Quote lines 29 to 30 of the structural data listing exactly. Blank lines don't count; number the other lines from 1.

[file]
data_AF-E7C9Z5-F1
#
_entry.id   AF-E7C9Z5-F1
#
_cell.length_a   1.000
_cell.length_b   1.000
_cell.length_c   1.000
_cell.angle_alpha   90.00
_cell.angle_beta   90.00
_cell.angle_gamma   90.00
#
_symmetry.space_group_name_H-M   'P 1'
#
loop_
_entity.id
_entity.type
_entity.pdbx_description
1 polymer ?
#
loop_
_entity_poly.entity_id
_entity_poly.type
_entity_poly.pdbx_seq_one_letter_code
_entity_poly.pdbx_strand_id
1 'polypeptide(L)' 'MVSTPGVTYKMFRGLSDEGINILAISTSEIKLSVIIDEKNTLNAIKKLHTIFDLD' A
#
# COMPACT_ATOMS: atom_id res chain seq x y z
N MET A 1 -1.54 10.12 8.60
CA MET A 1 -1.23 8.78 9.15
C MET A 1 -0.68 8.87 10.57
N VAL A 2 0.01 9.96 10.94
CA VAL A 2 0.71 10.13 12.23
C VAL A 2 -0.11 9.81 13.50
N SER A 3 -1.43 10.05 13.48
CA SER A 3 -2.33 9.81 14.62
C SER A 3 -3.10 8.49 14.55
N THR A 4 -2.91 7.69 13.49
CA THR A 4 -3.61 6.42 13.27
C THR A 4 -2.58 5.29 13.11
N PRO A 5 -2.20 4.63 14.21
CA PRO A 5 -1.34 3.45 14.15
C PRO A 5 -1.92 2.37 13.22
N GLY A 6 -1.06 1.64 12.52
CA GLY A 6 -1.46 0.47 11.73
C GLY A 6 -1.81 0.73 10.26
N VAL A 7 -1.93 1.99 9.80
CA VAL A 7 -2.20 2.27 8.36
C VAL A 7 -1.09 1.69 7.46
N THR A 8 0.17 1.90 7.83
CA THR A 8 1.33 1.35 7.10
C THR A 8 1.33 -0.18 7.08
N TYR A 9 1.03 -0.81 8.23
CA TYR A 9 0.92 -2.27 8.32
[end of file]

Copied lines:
CA MET A 1 -1.23 8.78 9.15
C MET A 1 -0.68 8.87 10.57